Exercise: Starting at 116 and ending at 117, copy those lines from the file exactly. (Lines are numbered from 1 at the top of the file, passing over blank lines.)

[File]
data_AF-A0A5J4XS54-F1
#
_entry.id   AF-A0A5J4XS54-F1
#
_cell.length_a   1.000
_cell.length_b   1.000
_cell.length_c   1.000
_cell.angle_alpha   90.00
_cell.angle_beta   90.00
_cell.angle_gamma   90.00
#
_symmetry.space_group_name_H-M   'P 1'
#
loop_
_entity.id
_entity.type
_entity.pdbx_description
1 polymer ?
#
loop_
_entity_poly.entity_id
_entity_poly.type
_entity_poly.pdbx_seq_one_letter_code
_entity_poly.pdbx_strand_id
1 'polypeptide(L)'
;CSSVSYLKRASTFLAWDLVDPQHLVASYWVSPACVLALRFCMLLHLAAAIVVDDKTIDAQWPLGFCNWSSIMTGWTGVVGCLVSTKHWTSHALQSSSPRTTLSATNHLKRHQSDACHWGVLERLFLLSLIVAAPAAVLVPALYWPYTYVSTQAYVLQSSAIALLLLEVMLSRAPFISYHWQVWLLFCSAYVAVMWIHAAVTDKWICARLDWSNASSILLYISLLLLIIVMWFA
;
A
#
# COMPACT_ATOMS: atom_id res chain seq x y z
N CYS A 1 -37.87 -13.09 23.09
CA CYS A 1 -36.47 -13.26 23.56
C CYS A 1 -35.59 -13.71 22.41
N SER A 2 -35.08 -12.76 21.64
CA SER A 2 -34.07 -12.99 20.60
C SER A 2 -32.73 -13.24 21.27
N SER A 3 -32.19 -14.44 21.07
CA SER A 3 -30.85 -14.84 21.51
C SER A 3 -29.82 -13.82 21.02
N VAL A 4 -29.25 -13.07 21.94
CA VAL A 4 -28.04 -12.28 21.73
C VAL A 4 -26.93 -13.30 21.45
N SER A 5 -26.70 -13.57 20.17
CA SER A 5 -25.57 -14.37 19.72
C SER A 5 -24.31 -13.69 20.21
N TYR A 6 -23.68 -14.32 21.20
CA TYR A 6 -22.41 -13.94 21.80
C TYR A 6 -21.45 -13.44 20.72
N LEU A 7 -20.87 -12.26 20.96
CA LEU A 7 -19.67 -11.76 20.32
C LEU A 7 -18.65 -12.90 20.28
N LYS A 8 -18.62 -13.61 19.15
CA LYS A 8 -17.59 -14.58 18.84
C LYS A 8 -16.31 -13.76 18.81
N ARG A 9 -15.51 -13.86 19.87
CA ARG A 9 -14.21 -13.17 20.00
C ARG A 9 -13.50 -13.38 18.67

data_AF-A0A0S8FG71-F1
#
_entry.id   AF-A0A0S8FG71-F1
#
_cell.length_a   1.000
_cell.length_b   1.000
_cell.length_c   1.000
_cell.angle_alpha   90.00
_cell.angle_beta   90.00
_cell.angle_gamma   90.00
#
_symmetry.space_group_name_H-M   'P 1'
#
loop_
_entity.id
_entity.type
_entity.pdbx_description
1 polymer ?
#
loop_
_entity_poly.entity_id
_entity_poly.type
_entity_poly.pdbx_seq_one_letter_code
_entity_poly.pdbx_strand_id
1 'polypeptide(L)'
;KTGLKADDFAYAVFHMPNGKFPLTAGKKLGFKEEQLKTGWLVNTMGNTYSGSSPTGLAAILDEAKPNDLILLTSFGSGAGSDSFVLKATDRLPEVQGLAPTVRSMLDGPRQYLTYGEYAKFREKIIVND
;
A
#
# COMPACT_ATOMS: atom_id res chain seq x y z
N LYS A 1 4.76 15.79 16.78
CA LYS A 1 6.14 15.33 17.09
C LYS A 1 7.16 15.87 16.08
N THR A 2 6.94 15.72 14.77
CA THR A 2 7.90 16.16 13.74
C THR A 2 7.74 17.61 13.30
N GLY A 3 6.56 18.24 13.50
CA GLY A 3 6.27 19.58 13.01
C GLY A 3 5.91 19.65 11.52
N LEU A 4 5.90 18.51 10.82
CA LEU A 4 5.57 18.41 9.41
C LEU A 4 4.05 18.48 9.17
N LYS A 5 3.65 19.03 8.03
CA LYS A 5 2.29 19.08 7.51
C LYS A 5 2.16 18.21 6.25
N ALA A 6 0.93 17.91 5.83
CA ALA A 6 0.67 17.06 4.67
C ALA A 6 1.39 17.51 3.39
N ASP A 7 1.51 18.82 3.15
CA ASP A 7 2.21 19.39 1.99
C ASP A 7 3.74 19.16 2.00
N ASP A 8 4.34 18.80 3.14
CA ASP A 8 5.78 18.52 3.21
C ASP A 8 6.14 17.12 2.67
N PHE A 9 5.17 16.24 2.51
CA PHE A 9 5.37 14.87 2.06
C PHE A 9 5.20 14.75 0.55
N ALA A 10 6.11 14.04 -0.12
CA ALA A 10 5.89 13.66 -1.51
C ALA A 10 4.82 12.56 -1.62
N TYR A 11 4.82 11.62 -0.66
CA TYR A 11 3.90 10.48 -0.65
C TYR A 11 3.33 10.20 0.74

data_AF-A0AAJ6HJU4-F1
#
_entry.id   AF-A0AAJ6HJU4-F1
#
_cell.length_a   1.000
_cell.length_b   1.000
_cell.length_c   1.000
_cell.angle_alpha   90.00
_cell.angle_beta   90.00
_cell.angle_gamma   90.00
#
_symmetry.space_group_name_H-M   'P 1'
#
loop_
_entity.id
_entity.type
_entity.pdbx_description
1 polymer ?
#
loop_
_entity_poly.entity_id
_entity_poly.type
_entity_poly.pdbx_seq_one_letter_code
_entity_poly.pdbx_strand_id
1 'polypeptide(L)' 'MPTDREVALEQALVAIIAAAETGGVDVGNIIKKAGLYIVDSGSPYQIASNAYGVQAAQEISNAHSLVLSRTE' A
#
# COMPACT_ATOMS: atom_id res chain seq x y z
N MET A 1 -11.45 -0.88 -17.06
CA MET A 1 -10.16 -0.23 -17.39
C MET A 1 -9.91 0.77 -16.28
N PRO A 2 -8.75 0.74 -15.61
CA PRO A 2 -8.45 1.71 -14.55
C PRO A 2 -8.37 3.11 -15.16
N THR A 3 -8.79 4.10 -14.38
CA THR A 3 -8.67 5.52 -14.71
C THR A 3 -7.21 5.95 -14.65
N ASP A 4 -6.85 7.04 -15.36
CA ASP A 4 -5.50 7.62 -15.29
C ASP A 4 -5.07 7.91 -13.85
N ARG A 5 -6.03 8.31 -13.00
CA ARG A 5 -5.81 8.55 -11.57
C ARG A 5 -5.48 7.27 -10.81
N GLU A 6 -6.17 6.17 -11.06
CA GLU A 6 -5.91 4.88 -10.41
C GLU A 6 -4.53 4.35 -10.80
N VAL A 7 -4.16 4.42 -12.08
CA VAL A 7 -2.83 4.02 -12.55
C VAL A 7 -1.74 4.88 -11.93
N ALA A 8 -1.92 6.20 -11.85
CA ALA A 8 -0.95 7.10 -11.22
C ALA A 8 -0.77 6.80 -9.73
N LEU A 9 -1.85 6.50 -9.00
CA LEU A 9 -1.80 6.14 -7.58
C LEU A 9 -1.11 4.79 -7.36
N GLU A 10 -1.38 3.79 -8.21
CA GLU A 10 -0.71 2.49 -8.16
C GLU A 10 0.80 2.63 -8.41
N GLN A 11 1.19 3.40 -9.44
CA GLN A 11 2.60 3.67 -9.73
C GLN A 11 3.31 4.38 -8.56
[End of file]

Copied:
CA ALA A 10 5.89 13.66 -1.51
C ALA A 10 4.82 12.56 -1.62